His father's breakdown forced Daumier at the age of thirteen to seek paying work. He first became a messenger boy for a bailiff and, from this experience, acquired his familiarity with the world of the lawcourts. He worked next as a bookseller's clerk at le Palais-Royal. Le Palais-Royal, with its arcades surrounding the garden, was one of the busiest spots in Paris, and there Daumier saw, parading before his employer's window, all the characters of la Comédie humaine, about whom he would later talk with his friend Balzac: not only men and women of fashion, intellectuals, and artists but also “captains of industry,” or swindlers, as they were commonly called—all of whom lent themselves to caricature.
In about 1825, Daumier decided to give up everything to embark on the artistic career of which he had dreamed so long. He was a young man of about 18, from a family of painters, who had had an opportunity to admire Rubens, had learned to analyze sculpture, and had been able to observe the appearance and behaviour of different classes of society.
Daumier could not live from painting or from sculpture as he had set out to do so he accepted commissions for lithographs, portraits and cartoons of morals and manners, caricatures de moeurs. The first of these was completed in 1822, when he was fifteen years old and was just beginning to produce lithographs. Most of these early portraits were mediocre and modelled on another artist's style, but they constituted an excellent apprenticeship for someone interested in the human physiognomy.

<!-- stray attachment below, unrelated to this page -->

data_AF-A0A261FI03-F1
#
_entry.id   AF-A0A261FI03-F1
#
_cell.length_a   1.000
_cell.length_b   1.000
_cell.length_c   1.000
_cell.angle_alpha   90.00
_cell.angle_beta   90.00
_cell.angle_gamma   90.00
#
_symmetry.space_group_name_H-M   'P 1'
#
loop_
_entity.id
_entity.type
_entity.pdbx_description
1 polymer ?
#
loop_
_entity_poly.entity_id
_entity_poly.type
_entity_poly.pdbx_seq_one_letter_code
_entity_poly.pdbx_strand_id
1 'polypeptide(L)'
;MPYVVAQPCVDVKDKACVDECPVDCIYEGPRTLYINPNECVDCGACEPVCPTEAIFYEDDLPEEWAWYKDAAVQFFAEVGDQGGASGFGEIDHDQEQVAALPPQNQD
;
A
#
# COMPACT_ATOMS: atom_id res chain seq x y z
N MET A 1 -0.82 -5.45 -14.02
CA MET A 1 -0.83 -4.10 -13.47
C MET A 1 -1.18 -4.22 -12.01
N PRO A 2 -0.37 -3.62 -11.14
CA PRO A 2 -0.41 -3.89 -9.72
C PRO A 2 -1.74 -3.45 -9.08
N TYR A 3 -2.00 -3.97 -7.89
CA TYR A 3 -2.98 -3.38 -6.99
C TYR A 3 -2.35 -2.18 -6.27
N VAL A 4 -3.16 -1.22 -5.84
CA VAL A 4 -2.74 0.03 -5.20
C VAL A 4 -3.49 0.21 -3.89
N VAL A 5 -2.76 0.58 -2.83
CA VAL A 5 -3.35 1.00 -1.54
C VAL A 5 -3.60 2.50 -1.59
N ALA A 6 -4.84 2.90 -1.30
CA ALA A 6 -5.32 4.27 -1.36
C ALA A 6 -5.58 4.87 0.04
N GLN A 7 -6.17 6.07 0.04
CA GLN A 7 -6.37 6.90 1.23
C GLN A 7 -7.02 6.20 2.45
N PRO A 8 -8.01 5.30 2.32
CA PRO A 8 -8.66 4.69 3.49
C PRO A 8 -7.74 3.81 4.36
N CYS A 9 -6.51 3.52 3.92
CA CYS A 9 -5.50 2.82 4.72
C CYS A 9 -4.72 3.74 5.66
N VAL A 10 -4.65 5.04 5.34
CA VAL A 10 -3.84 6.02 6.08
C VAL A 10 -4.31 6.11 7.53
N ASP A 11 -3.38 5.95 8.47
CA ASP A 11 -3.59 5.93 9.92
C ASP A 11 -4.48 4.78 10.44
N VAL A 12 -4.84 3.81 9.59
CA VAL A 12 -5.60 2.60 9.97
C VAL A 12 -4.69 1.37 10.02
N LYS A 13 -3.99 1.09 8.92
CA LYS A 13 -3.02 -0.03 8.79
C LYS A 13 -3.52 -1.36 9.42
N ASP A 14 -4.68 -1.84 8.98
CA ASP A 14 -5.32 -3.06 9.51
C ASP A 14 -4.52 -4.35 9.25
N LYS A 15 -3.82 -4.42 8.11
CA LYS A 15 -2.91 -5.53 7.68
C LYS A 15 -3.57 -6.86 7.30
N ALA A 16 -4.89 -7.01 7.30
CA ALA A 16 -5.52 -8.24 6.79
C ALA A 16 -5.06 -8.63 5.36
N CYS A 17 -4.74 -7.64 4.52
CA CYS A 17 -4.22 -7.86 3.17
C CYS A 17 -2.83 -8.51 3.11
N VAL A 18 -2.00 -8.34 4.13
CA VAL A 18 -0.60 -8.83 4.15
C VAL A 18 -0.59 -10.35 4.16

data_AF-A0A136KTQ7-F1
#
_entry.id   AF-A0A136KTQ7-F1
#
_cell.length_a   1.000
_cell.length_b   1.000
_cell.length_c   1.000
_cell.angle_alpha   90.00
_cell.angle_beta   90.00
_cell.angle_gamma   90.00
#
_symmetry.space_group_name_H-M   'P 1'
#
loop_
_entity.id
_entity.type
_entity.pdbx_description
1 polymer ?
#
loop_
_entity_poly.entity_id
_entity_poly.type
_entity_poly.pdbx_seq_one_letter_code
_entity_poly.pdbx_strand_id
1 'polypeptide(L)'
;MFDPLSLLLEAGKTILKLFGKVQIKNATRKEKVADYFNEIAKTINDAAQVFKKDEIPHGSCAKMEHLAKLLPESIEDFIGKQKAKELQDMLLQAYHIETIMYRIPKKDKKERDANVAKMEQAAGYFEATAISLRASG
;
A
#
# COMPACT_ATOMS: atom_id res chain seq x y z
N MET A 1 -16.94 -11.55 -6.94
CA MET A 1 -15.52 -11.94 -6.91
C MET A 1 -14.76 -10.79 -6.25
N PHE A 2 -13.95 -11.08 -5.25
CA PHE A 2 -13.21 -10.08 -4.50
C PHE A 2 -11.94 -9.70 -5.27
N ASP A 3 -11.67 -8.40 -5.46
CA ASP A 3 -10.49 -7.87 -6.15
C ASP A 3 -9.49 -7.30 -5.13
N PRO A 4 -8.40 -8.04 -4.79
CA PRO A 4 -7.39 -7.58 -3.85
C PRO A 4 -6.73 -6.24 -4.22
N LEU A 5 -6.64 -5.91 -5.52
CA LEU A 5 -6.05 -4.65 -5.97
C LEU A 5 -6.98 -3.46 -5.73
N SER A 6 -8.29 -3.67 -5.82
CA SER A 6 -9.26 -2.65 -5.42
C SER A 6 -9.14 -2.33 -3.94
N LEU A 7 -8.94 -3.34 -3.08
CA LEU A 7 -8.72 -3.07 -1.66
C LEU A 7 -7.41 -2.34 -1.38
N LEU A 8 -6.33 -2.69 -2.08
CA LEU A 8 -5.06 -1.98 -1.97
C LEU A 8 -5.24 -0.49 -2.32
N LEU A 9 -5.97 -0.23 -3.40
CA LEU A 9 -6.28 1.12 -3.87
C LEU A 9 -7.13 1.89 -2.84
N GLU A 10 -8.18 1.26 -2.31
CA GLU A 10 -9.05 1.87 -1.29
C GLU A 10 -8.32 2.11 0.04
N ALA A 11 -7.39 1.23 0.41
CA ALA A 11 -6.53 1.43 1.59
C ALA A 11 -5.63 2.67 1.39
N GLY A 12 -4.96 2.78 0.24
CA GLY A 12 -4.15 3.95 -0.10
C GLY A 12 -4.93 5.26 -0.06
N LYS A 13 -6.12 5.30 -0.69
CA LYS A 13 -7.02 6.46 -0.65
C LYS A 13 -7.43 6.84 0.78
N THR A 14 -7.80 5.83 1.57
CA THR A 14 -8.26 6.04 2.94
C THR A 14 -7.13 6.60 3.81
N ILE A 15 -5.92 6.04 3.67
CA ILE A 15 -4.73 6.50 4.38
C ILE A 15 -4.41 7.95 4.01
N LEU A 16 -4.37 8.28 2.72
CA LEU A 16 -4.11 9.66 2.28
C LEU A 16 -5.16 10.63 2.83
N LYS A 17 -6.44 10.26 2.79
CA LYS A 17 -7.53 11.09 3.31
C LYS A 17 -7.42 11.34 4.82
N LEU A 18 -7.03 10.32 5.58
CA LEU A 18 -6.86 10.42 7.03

Daumier's life, devoted entirely to his work, was to be divided into two parts: from 1830 to 1847 he was a lithographer, cartoonist, and sculptor; and, beginning in 1848 and lasting until 1871, he was an Impressionist painter whose art was reflected in the lithographs he continued to produce. Constant work was not a burden to him; while producing 4,000 lithographs and 4,000 illustrative drawings, he sang sentimental songs whose foolishness made him laugh, and, “unconcerned with his works, he was always out drinking cheap wine with barge captains.”